WEST PALM BEACH, Fla. — In a matter of weeks, Palm Beach County students will be able to be tested for COVID-19 before they even leave their school campus.
The School District of Palm Beach County is rolling out rapid antigen testing for COVID-19 after Thanksgiving break. An exact launch date has not been announced.
The district will use the BinaxNOW test that produces results within 15 minutes. The state has provided the tests.
"I think it will allow us, families and staff, to have a little more comfort," Superintendent Dr. Donald Fennoy said.
Only trained school nurses will administer the tests to students or staff members who are symptomatic.
"It's not going to fix the situation, but it's a step in the right direction," Fennoy said. "We said from the beginning, once we bring kids back, normal school things happen, and kids bring sniffles and coughs and those things, and now we need to know what it is. So with the state providing this antigen testing, it will allow us one step closer to being clear as to who is in our buildings and how we handle it and having accurate information."
The test will be given with a two-step consent process.
Parents will need to sign and return a permission slip to allow their child to get tested. If the child goes to the nurse with symptoms, there's another layer of consent before a test is administered.
The parent will receive a phone call and, if the child is in second grade or younger, the parent must be present for the test to be given. If the child is in grades 3-12, the parent can be present or give verbal permission over the phone. Regardless of a positive or negative result from the rapid test, the child will be sent home and may be referred for follow-up testing.
"In a lot of cases, there's some families that may not have the insurance or the means, so this would be one way that we can give them some information," Fennoy said.
As of Friday morning, the school district's COVID-19 dashboard showed 547 total cases.
"Well, it's concerning but, again, spread out over 200 schools, obviously, there are some schools that have more than others, but I think, in general, we're doing a good job of keeping all of our social distancing protocols," Fennoy said.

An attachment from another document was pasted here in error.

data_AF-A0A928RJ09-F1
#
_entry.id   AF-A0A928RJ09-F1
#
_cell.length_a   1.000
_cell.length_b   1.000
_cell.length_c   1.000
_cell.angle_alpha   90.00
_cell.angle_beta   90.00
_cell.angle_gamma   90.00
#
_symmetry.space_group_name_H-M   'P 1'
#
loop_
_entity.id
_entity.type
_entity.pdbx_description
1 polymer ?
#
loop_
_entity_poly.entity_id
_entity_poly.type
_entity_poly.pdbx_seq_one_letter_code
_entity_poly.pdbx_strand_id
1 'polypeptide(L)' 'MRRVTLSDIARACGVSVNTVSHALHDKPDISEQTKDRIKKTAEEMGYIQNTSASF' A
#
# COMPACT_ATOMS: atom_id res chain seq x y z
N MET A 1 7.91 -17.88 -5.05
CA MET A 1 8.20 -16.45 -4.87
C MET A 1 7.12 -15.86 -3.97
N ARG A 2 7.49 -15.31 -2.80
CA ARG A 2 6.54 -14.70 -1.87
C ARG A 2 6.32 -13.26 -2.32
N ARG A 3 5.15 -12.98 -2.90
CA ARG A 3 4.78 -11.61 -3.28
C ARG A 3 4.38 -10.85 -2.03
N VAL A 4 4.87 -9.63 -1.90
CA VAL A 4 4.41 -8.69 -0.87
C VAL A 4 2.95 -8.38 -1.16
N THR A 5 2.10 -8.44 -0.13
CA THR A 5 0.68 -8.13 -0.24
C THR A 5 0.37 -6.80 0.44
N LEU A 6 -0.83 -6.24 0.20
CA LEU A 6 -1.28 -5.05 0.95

Fennoy said he's prepared to move the entire district to distance learning if it becomes necessary.
"Almost all of the cases that we see are not happening on campus," Fennoy said. "These are community events or people hanging out on the weekend. A lot of kids are getting it from their parents, so I think a lot of it depends on the community. Right now, with the tremendous uptick, even just small gatherings, honestly, after Thanksgiving, we are worried. I think a lot of the uptick now is post-Halloween. It's just those realities. I know personal cases where it may have been just three kids hanging out and now they are all sick."
The superintendent added that now is not that time to let up on following guidelines, and students need to continue to stay home if they are sick.
"I think people are tired and fatigued from the COVID experience, so my message to families would be to still be diligent. Do not let up," Fennoy said. "It's not over."
Fennoy said any shuffling in the schools would be done mostly on the staff side.
"So we've been lucky right now that we haven't had so many adults out that we haven't been able to accommodate," Fennoy said. "We've actually moved employees around from different schools to help because families are choosing to come. If it gets to a point where I don't have enough teachers and staff to safely, you know, for my children to go to school, then we're going to have to pivot."
The tests are only for students enrolled in in-person instruction. The state has provided Palm Beach County with about 9,000 tests that will be distributed among all district-operated and non-district operated schools, with more tests on the way.
To learn more about the school district's plan for testing, including a copy of the consent form and a list of frequently asked questions, click here.